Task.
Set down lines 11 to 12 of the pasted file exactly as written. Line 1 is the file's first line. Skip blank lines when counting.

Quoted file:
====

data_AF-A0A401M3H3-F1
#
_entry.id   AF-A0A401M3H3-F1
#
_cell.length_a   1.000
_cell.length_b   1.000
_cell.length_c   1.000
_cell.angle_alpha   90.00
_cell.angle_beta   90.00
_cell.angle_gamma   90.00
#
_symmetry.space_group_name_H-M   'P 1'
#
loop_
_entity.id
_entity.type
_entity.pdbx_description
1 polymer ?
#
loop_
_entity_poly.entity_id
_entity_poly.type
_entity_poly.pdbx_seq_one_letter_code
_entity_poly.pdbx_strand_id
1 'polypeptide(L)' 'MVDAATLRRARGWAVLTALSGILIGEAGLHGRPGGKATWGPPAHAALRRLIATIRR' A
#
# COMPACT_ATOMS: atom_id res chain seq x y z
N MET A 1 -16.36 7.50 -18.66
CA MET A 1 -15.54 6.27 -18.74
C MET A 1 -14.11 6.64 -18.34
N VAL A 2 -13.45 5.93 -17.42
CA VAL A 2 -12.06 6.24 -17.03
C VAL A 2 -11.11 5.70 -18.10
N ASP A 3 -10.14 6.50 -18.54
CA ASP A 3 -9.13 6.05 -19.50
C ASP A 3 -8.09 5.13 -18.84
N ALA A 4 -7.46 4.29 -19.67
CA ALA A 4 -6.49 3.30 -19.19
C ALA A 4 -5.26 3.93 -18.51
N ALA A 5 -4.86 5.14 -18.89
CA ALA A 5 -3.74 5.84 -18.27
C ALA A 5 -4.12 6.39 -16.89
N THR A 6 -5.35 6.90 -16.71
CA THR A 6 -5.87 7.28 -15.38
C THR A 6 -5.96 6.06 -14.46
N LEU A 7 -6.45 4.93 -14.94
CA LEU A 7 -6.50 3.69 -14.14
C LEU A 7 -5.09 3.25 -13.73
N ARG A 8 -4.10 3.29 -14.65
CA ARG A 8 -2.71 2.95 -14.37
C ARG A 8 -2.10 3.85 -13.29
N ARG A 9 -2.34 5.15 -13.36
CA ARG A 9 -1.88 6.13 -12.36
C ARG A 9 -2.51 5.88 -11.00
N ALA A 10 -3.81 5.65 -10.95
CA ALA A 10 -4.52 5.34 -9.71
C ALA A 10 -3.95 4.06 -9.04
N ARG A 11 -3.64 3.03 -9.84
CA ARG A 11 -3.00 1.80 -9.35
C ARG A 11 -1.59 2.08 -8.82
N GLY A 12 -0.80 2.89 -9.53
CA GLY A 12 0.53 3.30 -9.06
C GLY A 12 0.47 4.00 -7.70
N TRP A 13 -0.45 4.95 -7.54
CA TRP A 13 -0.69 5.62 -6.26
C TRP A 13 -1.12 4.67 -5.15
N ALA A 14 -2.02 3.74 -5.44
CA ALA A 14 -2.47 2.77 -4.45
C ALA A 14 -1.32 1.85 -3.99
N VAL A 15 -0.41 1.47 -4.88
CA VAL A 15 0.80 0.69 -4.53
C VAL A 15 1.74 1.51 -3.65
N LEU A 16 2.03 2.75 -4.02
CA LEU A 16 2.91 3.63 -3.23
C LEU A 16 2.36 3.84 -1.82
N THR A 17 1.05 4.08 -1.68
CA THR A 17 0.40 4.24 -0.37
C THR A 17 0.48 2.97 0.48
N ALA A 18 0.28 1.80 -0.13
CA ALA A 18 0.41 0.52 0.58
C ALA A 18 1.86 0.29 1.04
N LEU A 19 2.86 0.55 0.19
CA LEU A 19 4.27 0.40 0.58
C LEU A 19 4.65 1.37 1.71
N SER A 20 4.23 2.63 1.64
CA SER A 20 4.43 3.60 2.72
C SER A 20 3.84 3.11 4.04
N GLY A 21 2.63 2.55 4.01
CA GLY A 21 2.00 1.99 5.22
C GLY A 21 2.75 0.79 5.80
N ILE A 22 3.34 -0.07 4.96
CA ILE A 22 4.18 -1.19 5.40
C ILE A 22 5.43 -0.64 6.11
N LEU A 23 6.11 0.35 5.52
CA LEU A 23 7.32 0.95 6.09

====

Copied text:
#
_symmetry.space_group_name_H-M   'P 1'